Sometimes quick trips that come up without much warning are much more fun than ones that have long been planned for.  So when the opportunity to go to London for a long weekend presented itself I didn't have to be persuaded that it would be a good idea.

Of course, I hadn't anticipated that I would be there for the snow event of the season - a whopping two inches of the white stuff that managed to curtail half of the flight activity at Heathrow Airport and was the talk of the town!  The reality is that no one seems to have salt or a snow shovel so the sidewalks and streets quickly became a slushy, slippery mess, but the sight of Green Park covered in a blanket of snow on a Sunday morning was magical indeed.

Even though I missed the Super Bowl the year the New York Giants were playing, I felt fortunate to be in England on the actual day of Queen Elizabeth II's sixty year anniversary as monarch.  Born and raised in Canada, I grew up singing "God Save the Queen" every morning in school and am an unapologetic fan of the monarchy.  Of course, my example has always been this Queen who continues to serve her country and subjects indefatigably with as much devotion in her Diamond Jubilee year as when she assumed the throne in 1952.  Accession Day 2012 was an appropriately sober preamble to the festivities scheduled throughout the Commonwealth culminating with The Central Weekend, June 2-5, in London.

Unfortunately it was an odd between-exhibitions season for the London museums.  I just missed the blockbuster "Leonardo da Vinci:  Painter at the Court of Milan" at the National Gallery and was not quite in time for "Abstract Masterpieces in Parallel" at The Courtauld Institute of Art.  I was able to see the re-creation of the Russian avant-garde monument "Tatlin's Tower" still standing in the courtyard of the Royal Academy (see above) although the installation was supposed to have been dismantled at the end of January.  And I was also able to visit the hugely popular exhibition celebrating England's most beloved living artist, David Hockney, also at the Royal Academy.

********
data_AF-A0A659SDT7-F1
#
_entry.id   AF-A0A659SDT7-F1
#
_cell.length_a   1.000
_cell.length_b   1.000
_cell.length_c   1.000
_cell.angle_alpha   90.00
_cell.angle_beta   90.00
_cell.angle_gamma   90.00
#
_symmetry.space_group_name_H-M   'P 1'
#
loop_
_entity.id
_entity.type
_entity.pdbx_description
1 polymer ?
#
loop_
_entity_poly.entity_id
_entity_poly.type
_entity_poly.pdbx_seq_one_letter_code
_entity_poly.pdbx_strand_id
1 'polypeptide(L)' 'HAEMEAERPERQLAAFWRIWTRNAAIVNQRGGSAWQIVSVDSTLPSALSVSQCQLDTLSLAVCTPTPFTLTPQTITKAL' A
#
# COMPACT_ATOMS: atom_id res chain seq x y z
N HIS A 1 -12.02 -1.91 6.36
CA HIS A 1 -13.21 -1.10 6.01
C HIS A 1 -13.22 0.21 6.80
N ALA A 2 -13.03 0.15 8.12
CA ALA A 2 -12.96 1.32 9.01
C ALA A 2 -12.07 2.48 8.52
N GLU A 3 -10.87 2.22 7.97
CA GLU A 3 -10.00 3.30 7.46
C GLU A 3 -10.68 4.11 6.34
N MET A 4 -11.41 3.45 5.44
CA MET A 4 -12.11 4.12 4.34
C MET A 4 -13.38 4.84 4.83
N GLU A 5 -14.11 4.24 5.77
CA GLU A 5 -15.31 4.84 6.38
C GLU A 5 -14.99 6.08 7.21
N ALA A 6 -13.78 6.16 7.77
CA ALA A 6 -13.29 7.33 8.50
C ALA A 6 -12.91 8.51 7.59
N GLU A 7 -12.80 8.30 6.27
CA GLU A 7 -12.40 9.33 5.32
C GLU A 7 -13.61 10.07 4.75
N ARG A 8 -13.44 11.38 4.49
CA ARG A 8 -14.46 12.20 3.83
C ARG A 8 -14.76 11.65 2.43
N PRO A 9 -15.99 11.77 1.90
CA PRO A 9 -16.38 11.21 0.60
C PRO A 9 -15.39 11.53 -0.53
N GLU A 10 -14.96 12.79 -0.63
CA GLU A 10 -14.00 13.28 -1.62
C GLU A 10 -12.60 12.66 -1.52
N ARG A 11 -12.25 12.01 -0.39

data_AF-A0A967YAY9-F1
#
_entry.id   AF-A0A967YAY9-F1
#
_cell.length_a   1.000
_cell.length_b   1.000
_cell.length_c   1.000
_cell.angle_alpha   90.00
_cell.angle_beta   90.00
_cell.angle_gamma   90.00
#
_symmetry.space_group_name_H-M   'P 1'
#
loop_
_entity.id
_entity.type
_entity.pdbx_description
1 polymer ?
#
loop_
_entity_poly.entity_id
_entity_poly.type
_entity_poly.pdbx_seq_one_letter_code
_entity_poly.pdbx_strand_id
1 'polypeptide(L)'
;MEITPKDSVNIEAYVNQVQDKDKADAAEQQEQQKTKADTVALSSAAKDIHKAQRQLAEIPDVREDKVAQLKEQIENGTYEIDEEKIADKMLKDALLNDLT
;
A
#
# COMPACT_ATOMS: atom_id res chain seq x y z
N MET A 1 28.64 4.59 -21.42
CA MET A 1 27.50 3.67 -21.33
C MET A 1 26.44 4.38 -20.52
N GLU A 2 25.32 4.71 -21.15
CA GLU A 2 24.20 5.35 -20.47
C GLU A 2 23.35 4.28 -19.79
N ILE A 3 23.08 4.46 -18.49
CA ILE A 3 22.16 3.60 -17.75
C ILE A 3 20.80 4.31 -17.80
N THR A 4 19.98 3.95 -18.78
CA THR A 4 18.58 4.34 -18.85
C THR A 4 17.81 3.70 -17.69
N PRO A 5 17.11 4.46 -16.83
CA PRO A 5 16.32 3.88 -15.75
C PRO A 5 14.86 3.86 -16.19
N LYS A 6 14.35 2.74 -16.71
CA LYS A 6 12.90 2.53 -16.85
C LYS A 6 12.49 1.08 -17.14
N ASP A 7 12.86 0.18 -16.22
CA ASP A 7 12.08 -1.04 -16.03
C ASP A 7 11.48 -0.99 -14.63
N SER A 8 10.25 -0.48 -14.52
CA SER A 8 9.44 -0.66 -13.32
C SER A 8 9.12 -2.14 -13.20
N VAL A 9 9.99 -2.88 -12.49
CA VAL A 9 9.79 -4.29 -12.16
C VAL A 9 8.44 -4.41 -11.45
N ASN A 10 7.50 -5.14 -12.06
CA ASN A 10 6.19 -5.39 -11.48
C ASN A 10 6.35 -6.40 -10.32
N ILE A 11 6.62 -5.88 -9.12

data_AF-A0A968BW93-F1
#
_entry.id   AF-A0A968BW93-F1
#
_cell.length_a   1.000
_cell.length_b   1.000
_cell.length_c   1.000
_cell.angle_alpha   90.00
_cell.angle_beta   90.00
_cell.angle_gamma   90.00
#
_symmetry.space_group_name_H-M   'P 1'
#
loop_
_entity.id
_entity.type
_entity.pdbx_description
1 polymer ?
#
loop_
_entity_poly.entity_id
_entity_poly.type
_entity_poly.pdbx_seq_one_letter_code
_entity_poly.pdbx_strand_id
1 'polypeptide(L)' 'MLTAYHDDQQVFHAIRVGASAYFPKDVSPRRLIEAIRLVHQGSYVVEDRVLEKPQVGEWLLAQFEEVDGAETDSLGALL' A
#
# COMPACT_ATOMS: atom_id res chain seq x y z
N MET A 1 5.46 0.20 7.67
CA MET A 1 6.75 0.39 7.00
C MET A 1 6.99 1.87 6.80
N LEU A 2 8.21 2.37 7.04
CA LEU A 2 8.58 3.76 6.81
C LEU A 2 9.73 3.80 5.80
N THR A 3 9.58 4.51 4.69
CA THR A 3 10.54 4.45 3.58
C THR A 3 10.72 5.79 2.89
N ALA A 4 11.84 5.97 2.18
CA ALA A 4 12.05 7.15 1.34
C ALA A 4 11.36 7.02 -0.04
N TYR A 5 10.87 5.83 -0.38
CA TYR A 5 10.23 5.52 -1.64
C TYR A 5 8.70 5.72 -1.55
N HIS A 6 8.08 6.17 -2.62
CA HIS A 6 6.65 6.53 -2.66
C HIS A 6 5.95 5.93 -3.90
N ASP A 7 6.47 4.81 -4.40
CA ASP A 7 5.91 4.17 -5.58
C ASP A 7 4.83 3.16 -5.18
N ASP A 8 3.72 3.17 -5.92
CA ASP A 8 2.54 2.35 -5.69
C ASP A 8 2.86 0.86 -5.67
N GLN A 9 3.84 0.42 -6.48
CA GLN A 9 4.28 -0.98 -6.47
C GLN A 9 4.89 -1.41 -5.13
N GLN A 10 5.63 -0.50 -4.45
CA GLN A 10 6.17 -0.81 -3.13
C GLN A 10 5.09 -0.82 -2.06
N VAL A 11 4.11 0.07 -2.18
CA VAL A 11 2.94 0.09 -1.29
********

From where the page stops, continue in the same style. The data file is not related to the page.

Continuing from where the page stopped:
"David Hockney RA:  A Bigger Picture" focus' on the artist's depiction of landscapes with an emphasis on very recent works.  Although born in West Yorkshire and very much a British artist, Hockney is also adored by Americans for the years spent in California and New York.  The time spent in the United States inspired both early and later landscapes, the Grand Canyon (see above) and Yosemite respectively, both painted in a massive scale appropriate to the vistas.

Now in his mid seventies, Hockney has returned to his roots but with a decidedly 21st Century slant.  His most recent works are studies of his local surroundings - the trees and forests of Woldgate, East Yorkshire - drawn by the artist on his iPad then printed and mounted on stretchers like paintings (see above).  The repeating images are fascinating and allow a complete study of the subject with an immediacy that painstaking drawing and painting cannot.  A massive 32 canvas oil created especially for this exhibition anchors the gallery and provides a deeply personal view of Hockney's private landscape.

Other highlights of this whirlwind visit would have to include a fabulous couple of hours at the National Gallery viewing masterpieces from the 13th to the early 20th Centuries, the solemn high mass in the beautiful Victorian space of St. Paul's Knightsbridge, a small but excellent exhibition entitled "Arp is Art" at the Luxembourg Dayan Gallery on Savile Row, attending the evening Impressionist and Modern Art Auction featuring paintings from Elizabeth Taylor's collection at Christies, St. James's, and shopping the after Christmas sales in Mayfair!  It has been a fun few days here in London and a nice break from the February doldrums.  Cheerio!